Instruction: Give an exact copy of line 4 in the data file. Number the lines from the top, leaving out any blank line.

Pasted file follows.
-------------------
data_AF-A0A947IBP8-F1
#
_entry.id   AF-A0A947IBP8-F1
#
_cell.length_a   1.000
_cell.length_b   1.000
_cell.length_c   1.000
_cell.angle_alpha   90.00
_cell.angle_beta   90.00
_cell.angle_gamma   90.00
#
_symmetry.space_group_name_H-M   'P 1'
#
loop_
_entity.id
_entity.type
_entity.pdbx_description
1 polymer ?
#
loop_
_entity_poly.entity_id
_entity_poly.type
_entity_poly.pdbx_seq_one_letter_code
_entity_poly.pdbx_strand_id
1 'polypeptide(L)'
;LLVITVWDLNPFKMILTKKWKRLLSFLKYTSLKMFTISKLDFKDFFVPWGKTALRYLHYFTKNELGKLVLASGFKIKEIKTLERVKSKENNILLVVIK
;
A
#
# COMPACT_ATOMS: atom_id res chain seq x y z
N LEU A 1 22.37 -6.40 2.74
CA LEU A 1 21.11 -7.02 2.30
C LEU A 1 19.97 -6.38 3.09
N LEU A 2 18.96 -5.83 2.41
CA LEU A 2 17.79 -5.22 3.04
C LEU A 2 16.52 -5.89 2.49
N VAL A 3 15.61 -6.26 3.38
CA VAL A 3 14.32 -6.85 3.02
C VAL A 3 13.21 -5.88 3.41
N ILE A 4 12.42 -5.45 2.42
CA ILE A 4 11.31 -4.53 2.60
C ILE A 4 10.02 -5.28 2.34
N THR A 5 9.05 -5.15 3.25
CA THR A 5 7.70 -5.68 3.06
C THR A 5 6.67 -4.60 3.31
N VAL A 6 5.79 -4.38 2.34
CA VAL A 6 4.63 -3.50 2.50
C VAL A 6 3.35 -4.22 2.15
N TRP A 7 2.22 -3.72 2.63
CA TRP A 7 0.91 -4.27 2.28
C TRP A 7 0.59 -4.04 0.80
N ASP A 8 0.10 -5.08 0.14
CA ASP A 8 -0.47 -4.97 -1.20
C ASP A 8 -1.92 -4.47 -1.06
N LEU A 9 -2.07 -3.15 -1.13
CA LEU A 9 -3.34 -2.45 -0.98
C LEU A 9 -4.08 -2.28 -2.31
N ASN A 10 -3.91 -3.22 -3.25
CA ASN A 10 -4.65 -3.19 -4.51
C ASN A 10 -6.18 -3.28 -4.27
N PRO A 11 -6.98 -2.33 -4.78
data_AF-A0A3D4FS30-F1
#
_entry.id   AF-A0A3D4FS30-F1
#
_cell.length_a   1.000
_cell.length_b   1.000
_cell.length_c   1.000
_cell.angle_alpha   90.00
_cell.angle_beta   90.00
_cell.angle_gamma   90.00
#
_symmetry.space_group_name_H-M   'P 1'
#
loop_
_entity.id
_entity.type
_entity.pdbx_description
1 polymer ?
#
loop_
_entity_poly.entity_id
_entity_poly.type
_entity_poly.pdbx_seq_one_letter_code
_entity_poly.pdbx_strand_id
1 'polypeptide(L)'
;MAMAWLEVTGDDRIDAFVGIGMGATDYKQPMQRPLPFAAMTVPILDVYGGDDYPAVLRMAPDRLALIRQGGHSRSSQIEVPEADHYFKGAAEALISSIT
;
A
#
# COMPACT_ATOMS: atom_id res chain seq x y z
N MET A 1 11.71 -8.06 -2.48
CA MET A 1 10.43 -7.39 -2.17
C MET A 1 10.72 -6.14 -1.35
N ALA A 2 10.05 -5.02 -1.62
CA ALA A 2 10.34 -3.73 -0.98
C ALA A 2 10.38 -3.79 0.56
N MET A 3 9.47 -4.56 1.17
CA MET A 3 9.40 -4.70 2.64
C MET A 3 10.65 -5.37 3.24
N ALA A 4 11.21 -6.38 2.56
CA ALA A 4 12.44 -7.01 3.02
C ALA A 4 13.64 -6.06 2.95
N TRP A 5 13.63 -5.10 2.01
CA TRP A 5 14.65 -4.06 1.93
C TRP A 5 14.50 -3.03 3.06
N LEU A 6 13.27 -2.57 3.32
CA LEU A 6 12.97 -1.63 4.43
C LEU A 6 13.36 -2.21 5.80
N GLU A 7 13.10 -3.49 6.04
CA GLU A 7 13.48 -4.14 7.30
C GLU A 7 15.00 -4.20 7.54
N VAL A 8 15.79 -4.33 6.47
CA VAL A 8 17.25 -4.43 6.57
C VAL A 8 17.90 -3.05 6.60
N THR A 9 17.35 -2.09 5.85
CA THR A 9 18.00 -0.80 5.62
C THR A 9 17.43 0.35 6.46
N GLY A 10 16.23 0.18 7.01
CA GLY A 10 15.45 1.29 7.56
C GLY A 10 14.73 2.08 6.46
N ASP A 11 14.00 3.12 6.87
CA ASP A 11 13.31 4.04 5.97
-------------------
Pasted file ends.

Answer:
#